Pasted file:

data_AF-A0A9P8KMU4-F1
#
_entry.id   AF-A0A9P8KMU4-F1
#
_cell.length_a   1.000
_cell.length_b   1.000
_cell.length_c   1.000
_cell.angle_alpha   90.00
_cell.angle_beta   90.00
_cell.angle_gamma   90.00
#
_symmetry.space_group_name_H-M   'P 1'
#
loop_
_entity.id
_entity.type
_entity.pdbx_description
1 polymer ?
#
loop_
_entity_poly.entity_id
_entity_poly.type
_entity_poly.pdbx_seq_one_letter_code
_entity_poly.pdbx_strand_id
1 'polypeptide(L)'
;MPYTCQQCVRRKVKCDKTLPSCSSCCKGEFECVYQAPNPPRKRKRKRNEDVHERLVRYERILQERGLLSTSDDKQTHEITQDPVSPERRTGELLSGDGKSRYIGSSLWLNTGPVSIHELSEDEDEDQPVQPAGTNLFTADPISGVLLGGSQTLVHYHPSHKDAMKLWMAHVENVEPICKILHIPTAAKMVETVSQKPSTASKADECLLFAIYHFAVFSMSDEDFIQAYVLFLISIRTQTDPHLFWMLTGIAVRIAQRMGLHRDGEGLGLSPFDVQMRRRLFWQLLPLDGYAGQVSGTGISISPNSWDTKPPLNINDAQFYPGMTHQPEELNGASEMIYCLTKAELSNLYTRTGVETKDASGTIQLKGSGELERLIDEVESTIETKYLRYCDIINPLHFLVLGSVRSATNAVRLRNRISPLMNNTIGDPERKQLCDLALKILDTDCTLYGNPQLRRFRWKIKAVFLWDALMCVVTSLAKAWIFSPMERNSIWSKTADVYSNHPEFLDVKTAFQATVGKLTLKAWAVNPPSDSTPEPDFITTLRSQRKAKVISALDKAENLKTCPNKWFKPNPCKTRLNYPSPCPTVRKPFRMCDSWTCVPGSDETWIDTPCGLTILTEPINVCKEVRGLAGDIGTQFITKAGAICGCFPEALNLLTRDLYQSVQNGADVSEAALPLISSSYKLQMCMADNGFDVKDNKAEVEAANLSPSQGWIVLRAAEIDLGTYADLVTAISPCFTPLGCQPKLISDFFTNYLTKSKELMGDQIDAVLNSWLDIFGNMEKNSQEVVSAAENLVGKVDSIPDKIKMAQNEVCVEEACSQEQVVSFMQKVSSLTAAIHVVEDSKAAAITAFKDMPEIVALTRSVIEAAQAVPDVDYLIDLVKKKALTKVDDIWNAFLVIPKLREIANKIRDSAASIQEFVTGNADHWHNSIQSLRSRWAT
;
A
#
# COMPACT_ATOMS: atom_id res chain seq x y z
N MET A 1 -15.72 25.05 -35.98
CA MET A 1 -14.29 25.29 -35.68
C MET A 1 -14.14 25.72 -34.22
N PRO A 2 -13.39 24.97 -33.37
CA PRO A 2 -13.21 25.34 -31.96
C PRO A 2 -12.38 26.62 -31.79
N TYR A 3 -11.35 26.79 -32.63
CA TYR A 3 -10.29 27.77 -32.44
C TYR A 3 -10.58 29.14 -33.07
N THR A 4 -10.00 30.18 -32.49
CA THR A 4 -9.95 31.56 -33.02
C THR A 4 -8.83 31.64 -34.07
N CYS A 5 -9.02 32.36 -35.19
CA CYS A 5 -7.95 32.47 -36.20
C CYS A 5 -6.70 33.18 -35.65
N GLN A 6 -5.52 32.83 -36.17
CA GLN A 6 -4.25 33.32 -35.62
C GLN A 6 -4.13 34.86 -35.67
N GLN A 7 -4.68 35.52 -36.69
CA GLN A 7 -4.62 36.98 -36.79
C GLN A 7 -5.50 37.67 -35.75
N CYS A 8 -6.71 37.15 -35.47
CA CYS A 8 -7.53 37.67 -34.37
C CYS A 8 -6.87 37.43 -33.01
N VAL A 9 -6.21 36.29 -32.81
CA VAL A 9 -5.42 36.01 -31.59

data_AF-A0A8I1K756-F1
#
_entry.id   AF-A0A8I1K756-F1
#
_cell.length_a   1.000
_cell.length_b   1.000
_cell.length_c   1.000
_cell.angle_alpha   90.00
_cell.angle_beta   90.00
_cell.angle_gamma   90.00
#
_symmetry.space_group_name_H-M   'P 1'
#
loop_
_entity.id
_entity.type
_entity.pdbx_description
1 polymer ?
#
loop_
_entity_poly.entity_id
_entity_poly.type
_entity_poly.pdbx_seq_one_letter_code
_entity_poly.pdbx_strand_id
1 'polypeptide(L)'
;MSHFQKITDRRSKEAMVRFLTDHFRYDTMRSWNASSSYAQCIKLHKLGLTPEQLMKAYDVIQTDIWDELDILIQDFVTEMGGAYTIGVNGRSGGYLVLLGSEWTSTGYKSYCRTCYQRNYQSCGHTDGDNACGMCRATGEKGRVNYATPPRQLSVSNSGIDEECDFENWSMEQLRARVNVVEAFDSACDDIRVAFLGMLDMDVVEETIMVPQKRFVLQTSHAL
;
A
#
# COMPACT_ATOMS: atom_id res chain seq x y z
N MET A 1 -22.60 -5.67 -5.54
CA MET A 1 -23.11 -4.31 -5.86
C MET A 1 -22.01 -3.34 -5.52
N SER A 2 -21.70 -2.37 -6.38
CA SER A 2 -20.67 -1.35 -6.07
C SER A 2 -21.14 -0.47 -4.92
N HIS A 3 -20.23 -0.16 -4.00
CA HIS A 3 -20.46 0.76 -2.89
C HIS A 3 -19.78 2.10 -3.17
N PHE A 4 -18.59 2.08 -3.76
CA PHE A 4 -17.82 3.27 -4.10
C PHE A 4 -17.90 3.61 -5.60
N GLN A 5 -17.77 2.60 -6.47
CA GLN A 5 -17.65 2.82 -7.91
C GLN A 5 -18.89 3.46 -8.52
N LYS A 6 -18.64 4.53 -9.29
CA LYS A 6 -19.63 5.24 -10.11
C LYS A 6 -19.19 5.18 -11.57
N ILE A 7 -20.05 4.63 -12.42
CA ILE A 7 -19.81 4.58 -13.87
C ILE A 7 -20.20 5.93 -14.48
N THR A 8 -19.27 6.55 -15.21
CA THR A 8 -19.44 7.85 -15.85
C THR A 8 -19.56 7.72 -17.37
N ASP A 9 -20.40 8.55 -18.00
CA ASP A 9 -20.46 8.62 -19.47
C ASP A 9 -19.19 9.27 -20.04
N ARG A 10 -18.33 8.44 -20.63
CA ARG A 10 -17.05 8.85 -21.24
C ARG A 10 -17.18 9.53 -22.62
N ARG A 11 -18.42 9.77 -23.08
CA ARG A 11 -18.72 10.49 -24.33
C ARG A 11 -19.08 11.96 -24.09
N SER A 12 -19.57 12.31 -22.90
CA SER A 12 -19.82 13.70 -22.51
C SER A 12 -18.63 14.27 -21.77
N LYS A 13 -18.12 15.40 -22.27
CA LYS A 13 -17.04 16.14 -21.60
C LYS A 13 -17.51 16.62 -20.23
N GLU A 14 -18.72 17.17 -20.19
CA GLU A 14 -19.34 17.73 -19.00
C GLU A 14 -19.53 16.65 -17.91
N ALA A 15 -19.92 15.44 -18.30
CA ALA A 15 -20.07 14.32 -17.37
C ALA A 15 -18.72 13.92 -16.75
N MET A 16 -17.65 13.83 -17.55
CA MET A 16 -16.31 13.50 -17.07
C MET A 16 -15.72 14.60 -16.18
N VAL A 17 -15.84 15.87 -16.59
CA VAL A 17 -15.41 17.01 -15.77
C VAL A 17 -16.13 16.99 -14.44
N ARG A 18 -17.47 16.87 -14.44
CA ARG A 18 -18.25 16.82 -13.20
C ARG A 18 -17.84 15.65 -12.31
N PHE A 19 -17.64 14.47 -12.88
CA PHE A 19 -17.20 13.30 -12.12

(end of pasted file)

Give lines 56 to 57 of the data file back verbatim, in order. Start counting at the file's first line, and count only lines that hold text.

CA VAL A 9 -5.42 36.01 -31.59

data_AF-A0A8I1K756-F1